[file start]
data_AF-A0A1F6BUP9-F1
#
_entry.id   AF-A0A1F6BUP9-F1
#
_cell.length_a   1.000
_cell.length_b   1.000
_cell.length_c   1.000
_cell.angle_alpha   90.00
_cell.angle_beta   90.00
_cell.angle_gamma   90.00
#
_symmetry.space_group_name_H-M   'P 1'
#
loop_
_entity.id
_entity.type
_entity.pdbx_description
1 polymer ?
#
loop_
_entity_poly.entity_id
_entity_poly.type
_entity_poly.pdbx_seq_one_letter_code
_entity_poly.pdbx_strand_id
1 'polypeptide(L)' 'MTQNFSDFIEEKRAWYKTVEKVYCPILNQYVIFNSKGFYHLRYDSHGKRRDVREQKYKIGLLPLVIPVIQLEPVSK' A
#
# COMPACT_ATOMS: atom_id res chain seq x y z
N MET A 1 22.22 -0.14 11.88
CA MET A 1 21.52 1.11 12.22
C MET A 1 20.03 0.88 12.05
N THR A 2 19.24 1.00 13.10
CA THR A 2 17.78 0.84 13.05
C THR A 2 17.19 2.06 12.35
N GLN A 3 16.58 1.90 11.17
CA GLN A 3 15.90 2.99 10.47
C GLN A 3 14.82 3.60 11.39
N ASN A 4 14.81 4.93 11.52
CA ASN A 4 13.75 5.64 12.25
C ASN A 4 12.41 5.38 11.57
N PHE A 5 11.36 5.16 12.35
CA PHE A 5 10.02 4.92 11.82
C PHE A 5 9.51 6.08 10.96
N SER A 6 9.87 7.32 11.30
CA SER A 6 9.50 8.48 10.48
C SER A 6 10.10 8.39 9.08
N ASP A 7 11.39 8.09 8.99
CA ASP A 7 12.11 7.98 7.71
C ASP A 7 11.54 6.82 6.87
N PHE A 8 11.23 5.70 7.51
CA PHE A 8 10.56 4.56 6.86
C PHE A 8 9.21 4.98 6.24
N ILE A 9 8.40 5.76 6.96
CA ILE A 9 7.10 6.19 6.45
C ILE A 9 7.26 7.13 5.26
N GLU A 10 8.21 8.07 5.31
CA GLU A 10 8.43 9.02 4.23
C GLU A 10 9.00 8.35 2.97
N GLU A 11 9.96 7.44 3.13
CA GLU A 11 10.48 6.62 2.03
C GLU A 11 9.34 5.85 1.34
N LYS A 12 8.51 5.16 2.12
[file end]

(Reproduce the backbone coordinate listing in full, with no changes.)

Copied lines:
data_AF-A0A1F6BUP9-F1
#
_entry.id   AF-A0A1F6BUP9-F1
#
_cell.length_a   1.000
_cell.length_b   1.000
_cell.length_c   1.000
_cell.angle_alpha   90.00
_cell.angle_beta   90.00
_cell.angle_gamma   90.00
#
_symmetry.space_group_name_H-M   'P 1'
#
loop_
_entity.id
_entity.type
_entity.pdbx_description
1 polymer ?
#
loop_
_entity_poly.entity_id
_entity_poly.type
_entity_poly.pdbx_seq_one_letter_code
_entity_poly.pdbx_strand_id
1 'polypeptide(L)' 'MTQNFSDFIEEKRAWYKTVEKVYCPILNQYVIFNSKGFYHLRYDSHGKRRDVREQKYKIGLLPLVIPVIQLEPVSK' A
#
# COMPACT_ATOMS: atom_id res chain seq x y z
N MET A 1 22.22 -0.14 11.88
CA MET A 1 21.52 1.11 12.22
C MET A 1 20.03 0.88 12.05
N THR A 2 19.24 1.00 13.10
CA THR A 2 17.78 0.84 13.05
C THR A 2 17.19 2.06 12.35
N GLN A 3 16.58 1.90 11.17
CA GLN A 3 15.90 2.99 10.47
C GLN A 3 14.82 3.60 11.39
N ASN A 4 14.81 4.93 11.52
CA ASN A 4 13.75 5.64 12.25
C ASN A 4 12.41 5.38 11.57
N PHE A 5 11.36 5.16 12.35
CA PHE A 5 10.02 4.92 11.82
C PHE A 5 9.51 6.08 10.96
N SER A 6 9.87 7.32 11.30
CA SER A 6 9.50 8.48 10.48
C SER A 6 10.10 8.39 9.08
N ASP A 7 11.39 8.09 8.99
CA ASP A 7 12.11 7.98 7.71
C ASP A 7 11.54 6.82 6.87
N PHE A 8 11.23 5.70 7.51
CA PHE A 8 10.56 4.56 6.86
C PHE A 8 9.21 4.98 6.24
N ILE A 9 8.40 5.76 6.96
CA ILE A 9 7.10 6.19 6.45
C ILE A 9 7.26 7.13 5.26
N GLU A 10 8.21 8.07 5.31
CA GLU A 10 8.43 9.02 4.23
C GLU A 10 9.00 8.35 2.97
N GLU A 11 9.96 7.44 3.13
CA GLU A 11 10.48 6.62 2.03
C GLU A 11 9.34 5.85 1.34
N LYS A 12 8.51 5.16 2.12